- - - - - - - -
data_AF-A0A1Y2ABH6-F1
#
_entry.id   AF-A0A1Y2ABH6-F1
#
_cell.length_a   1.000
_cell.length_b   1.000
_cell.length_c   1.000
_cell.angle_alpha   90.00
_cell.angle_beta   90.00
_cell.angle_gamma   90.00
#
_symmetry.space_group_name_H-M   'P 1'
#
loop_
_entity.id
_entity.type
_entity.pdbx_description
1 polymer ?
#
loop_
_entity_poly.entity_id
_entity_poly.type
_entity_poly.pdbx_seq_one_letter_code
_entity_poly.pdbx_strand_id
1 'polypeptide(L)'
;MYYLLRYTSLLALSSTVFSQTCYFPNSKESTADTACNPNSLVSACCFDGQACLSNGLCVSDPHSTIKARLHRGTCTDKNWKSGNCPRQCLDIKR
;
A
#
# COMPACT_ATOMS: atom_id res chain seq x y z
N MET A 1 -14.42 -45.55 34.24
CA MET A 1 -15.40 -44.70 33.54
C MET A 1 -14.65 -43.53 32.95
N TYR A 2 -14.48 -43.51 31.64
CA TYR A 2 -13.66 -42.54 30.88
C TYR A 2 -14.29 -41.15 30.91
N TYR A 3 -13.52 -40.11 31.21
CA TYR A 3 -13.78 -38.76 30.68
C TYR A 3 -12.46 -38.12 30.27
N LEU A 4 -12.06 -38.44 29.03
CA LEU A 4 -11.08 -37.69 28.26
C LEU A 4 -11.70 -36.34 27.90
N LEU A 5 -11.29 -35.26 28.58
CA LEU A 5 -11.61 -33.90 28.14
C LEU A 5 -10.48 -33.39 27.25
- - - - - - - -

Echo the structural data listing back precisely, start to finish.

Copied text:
data_AF-A0A1Y2ABH6-F1
#
_entry.id   AF-A0A1Y2ABH6-F1
#
_cell.length_a   1.000
_cell.length_b   1.000
_cell.length_c   1.000
_cell.angle_alpha   90.00
_cell.angle_beta   90.00
_cell.angle_gamma   90.00
#
_symmetry.space_group_name_H-M   'P 1'
#
loop_
_entity.id
_entity.type
_entity.pdbx_description
1 polymer ?
#
loop_
_entity_poly.entity_id
_entity_poly.type
_entity_poly.pdbx_seq_one_letter_code
_entity_poly.pdbx_strand_id
1 'polypeptide(L)'
;MYYLLRYTSLLALSSTVFSQTCYFPNSKESTADTACNPNSLVSACCFDGQACLSNGLCVSDPHSTIKARLHRGTCTDKNWKSGNCPRQCLDIKR
;
A
#
# COMPACT_ATOMS: atom_id res chain seq x y z
N MET A 1 -14.42 -45.55 34.24
CA MET A 1 -15.40 -44.70 33.54
C MET A 1 -14.65 -43.53 32.95
N TYR A 2 -14.48 -43.51 31.64
CA TYR A 2 -13.66 -42.54 30.88
C TYR A 2 -14.29 -41.15 30.91
N TYR A 3 -13.52 -40.11 31.21
CA TYR A 3 -13.78 -38.76 30.68
C TYR A 3 -12.46 -38.12 30.27
N LEU A 4 -12.06 -38.44 29.03
CA LEU A 4 -11.08 -37.69 28.26
C LEU A 4 -11.70 -36.34 27.90
N LEU A 5 -11.29 -35.26 28.58
CA LEU A 5 -11.61 -33.90 28.14
C LEU A 5 -10.48 -33.39 27.25